This headline explains more about how markets function than all of my finance textbooks from college combined:
This story from CNBC is from a few years ago but for some reason that headline has stuck with me. Here’s the entire quote from Buffett:
“People start being interested in something because it’s going up, not because they understand it or anything else. But the guy next door, who they know is dumber than they are, is getting rich and they aren’t,” he said. “And their spouse is saying can’t you figure it out, too? It is so contagious. So that’s a permanent part of the system.”
The reason I got into finance in the first place is because I was interested in the analytical nature of the business. The reason I stayed in finance is because I became fascinated with the behavioral nature of the markets.
That contagious, permanent part of the system Buffett mentioned is one of the reasons it’s so difficult to predict the path of the stock market.
You could make a compelling case right now that the U.S. stock market is insanely overvalued and set up to offer investors subpar returns from current levels for some time into the future.
The analytical side of my brain completely understands this argument. Admittedly, it’s an argument many intelligent people have been making for some time now and the market hasn’t agreed.
But the behavioral side of my brain wouldn’t be surprised if the stock market continued to charge higher despite above average valuations and strong returns since 2009.
Consider the housing market, which is on fire right now despite the pandemic. I have had multiple conversations with people over the past few months who have put their house up for sale simply because they learned they could get a higher price than they could have last year.
We couldn’t resist putting our house on the market with the prices we’ve seen other houses go for in our neighborhood.
I understand the temptation to sell high when you can get a much better price for your house than what you bought it for. But what about the other side of this equation?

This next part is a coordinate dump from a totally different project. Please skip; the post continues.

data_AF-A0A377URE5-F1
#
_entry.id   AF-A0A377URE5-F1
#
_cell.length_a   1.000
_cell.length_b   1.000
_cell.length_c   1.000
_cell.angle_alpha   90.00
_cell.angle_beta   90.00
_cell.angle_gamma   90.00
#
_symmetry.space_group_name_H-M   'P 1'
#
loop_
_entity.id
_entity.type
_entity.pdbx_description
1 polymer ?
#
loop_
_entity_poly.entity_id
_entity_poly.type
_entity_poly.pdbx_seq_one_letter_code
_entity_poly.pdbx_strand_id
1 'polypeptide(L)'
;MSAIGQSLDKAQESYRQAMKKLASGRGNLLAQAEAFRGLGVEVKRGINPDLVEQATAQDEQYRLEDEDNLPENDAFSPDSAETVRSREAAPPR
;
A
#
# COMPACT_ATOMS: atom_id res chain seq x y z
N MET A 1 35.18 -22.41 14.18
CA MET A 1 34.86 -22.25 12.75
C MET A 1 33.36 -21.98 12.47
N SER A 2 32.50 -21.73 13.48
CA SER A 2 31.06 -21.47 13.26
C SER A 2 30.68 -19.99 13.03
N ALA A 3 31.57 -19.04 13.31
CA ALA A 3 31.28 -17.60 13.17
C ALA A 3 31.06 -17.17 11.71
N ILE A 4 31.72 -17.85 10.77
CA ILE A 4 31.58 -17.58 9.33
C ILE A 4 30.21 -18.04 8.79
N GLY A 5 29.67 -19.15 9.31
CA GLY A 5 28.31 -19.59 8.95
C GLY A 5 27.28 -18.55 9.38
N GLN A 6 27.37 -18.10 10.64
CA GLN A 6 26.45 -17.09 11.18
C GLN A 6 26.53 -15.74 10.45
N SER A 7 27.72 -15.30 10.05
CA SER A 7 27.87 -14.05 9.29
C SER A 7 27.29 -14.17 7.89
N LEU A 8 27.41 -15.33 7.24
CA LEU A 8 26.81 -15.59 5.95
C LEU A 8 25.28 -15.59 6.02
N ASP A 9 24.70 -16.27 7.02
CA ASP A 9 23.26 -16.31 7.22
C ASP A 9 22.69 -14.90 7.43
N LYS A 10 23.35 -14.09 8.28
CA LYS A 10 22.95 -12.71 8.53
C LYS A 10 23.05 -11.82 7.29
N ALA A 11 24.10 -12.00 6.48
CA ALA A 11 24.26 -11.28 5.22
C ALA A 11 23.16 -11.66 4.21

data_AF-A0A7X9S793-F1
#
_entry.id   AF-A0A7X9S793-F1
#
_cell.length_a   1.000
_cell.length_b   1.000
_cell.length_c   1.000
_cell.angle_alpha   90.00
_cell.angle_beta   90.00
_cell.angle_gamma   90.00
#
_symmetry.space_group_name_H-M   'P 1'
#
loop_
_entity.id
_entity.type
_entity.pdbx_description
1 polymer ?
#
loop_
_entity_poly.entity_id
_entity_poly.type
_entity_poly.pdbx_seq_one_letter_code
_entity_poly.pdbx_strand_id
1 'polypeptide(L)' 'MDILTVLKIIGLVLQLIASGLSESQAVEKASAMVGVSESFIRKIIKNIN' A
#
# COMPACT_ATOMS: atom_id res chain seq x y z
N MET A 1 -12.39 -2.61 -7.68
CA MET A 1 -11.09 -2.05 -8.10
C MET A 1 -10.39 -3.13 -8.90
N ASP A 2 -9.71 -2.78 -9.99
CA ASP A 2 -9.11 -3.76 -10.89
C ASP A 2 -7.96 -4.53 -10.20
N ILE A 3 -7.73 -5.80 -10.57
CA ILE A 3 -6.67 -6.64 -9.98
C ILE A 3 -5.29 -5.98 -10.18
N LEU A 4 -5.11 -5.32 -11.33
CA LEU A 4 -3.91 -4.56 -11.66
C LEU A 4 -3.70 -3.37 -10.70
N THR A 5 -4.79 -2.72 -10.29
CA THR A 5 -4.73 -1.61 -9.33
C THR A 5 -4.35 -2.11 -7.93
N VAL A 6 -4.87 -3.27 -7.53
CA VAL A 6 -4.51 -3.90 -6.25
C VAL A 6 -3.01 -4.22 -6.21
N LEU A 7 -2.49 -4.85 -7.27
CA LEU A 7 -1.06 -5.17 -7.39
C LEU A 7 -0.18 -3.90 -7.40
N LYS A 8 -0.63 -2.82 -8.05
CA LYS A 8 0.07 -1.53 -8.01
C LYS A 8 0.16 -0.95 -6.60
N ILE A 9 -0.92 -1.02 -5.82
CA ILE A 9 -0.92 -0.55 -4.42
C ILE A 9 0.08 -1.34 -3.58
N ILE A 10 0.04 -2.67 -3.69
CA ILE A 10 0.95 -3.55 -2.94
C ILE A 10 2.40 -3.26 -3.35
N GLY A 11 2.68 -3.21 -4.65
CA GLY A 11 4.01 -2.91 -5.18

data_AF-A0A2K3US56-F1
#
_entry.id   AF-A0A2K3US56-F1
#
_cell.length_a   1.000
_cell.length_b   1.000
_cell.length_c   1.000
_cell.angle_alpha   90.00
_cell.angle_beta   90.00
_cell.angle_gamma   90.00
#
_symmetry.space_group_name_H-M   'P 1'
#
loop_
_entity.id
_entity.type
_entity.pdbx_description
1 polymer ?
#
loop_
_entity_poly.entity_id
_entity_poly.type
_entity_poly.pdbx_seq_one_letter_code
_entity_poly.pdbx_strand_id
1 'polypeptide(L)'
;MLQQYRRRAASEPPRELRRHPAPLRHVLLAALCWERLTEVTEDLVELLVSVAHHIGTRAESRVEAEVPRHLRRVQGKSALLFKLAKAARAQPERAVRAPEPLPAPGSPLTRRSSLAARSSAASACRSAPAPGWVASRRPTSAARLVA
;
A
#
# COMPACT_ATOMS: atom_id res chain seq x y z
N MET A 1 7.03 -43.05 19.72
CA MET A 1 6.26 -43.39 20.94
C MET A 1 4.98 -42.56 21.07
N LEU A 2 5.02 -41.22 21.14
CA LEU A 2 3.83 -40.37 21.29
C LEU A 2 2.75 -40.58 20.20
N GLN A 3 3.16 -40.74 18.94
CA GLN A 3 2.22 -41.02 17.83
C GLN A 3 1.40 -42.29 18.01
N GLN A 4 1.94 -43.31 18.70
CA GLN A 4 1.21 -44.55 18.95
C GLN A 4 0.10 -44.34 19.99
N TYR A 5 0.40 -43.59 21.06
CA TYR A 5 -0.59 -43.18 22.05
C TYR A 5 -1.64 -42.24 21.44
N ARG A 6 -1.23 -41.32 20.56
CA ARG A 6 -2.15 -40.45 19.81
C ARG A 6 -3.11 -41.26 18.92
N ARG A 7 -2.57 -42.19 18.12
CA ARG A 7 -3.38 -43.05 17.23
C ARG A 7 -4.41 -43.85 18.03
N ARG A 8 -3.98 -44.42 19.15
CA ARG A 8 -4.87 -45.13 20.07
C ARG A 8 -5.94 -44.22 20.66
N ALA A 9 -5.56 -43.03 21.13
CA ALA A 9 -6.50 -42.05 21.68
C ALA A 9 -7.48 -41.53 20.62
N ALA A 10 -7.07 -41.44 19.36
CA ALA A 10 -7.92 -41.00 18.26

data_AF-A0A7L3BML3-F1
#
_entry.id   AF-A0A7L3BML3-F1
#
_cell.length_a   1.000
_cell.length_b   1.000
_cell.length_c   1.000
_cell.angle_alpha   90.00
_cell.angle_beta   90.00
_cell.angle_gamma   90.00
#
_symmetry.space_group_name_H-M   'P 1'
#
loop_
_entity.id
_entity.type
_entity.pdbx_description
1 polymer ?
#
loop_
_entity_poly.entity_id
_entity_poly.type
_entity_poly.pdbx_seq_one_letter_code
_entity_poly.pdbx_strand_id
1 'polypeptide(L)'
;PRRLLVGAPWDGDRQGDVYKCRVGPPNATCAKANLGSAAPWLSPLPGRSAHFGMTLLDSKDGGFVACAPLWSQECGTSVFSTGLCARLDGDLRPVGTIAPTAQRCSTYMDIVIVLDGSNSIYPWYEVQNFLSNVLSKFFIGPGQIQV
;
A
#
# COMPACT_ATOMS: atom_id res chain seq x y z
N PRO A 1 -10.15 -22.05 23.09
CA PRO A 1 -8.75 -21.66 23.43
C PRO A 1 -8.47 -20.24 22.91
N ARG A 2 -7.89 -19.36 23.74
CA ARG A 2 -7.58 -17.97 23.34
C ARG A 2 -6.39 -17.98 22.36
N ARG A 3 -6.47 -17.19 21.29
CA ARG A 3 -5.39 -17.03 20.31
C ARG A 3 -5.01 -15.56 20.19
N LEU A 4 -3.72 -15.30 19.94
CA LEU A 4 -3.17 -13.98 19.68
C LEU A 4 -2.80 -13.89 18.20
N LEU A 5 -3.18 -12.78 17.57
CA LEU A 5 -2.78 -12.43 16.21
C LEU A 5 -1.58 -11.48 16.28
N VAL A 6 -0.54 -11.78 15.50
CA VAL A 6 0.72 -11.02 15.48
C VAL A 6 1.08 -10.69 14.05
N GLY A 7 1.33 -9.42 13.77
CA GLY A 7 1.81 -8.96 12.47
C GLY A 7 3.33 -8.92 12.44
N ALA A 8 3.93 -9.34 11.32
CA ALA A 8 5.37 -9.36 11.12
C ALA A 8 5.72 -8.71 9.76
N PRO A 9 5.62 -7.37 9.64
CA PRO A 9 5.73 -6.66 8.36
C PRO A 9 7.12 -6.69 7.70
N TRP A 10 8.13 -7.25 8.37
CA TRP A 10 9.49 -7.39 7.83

Selling your home for a higher price may make you feel good but unless you’re downsizing or moving to a lower cost of living area, you’ll end up paying a higher price for the new home you move into.
This would be like selling Zoom because it’s up so much this year to buy Peloton shares (which have also risen considerably).
Yet this is just how markets work.
You see your neighbor sell their house for a higher price than you thought it was worth so you have to put yours up for sale too, right? You can’t watch someone else earn a premium price without taking part because FOMO is so enticing. You feel like you have to sell.
The same is true when it comes to buying stocks.
It’s possible the stock market could see a sustained downturn if the pandemic continues to get out of control, a vaccine is further away than expected or the economy experiences another setback.
I’ve lost my ability to be surprised in 2020 so this certainly isn’t out of the realm of possibilities.
But this realm of possibilities could also see investors completely ignore elevated valuations and send markets to the stratosphere because of ultra low interest rates, a potential vaccine, a possible post-Covid spending boom, a huge fiscal stimulus plan from our new president or a continuation of a rising stock market in the face of terrible news.
The “smart” money has been bearish on the stock market for some time now while the young upstarts at Robinhood have been basking in the glow of seemingly ever-rising stock prices.
Watching other people get rich not only introduces career risk into investment decisions, it also gnaws at your psyche from a behavioral perspective. One of the biggest reasons FOMO exists is because it doesn’t seem fair.
Buffett is right that bubbles are a permanent part of the system in which we invest.
It wouldn’t shock me if the events of 2020 lead to a massive bubble from some combination of low rates and investors seeing people “dumber” than they are getting rich.
The 2 Variables That Drive Stock Prices